Awards

Digital Domain's business units have been recognized with awards from many top industry organizations.

As of March 2009, Digital Domain has won seven Academy Awards: three for Best Visual Effects (Titanic, What Dreams May Come, The Curious Case of Benjamin Button);[8] and four for Scientific and Technical Achievement for its proprietary technology—i.e., for Track (proprietary tracking software),[9] for Nuke (proprietary compositing software),[10] for Storm (proprietary volumetric renderer),[11] and for its proprietary fluid simulation system.[12]

The company has also been nominated for three other Academy Awards for Best Visual Effects (Apollo 13, True Lies, I, Robot). In addition, its excellence in digital imagery and animation has earned Digital Domain multiple British Academy (BAFTA) Awards, and Prix Ars Electronica and Prix Pixel INA awards.[13]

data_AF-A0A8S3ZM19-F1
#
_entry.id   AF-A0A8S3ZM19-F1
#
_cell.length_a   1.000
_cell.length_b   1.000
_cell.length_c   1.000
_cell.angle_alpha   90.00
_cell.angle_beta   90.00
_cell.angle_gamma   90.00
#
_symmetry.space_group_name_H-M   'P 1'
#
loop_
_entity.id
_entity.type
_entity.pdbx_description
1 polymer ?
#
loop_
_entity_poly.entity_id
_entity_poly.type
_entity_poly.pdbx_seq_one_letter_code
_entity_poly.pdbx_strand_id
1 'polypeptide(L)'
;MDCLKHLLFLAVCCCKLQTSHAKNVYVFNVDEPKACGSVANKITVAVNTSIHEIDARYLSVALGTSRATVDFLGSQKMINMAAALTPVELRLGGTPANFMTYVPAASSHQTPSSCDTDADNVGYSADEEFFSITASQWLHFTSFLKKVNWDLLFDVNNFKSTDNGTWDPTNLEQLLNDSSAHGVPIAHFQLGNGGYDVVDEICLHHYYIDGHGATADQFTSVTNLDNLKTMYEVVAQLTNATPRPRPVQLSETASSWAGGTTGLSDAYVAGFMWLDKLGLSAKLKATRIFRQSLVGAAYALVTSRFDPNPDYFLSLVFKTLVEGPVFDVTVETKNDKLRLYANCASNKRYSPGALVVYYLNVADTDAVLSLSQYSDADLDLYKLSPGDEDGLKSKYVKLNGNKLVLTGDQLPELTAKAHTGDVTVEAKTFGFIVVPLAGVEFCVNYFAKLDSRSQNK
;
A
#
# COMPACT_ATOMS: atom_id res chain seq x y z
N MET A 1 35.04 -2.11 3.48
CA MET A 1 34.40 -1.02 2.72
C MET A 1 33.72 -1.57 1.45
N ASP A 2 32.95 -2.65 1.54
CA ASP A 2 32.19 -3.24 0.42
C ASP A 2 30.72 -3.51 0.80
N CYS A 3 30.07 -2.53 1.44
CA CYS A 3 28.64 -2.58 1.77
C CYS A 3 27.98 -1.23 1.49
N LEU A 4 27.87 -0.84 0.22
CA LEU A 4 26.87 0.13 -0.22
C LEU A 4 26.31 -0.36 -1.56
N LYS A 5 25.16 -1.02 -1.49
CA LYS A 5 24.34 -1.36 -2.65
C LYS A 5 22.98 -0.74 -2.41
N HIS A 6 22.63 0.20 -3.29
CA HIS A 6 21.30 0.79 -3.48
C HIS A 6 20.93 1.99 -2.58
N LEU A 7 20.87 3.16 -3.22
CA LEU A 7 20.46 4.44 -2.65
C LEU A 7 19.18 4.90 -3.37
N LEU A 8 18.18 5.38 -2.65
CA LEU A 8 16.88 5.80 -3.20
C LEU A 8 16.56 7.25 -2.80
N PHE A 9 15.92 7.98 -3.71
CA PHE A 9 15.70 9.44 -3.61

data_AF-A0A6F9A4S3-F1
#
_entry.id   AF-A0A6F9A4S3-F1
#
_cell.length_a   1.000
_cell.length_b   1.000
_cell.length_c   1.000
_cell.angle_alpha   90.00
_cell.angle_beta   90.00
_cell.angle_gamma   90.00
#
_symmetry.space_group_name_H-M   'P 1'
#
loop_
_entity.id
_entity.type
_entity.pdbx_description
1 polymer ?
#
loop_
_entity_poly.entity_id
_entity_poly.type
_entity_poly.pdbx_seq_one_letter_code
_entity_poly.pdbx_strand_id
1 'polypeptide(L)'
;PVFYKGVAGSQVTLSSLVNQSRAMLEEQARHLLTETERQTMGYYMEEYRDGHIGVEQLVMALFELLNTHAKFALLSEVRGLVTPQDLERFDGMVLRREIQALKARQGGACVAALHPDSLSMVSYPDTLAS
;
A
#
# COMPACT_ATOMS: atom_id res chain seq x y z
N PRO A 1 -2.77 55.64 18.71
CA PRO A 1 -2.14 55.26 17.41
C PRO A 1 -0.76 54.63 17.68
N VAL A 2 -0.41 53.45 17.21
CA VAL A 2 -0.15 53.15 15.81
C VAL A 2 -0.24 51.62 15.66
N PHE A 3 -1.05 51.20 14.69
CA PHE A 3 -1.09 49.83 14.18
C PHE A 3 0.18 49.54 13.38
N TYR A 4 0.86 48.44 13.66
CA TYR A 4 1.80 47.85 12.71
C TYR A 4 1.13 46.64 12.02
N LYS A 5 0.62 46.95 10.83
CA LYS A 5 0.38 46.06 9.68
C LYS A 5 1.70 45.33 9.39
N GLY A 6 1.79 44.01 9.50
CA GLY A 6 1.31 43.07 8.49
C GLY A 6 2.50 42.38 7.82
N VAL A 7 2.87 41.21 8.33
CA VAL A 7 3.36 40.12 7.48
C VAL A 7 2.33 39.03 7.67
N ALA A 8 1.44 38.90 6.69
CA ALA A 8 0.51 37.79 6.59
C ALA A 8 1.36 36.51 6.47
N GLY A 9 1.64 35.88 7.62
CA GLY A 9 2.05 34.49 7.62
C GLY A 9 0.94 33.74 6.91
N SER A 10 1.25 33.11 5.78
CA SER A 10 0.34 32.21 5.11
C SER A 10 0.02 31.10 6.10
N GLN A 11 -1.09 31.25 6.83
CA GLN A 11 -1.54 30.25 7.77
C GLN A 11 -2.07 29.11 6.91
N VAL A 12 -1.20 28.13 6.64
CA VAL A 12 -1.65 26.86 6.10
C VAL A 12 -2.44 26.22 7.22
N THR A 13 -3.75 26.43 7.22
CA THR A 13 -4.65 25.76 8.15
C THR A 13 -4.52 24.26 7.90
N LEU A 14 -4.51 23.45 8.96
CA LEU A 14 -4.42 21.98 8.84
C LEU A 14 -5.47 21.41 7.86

Digital Domain's Commercials division provides digital imagery and animation for television commercials, working with top commercial directors. To date, it has been awarded 34 Clio Awards, 22 AICP awards, 8 Cannes Lion Awards and numerous other advertising honors. The Commercials division has also produced multiple music videos working with artists that include The Rolling Stones, Faith Hill, Creed, Janet Jackson, Busta Rhymes, Björk, Celine Dion, Michael Jackson and Nine Inch Nails, and has earned Grammy and MTV "Music Video of the Year" Awards.[13]

References

  1. ^ "Digital Domain Announces Vancouver Leadership Team". Digital Domain. 2010-01-12. http://www.awn.com/news/visual-effects/digital-domain-announces-vancouver-leadership-team. Retrieved 2010-02-02.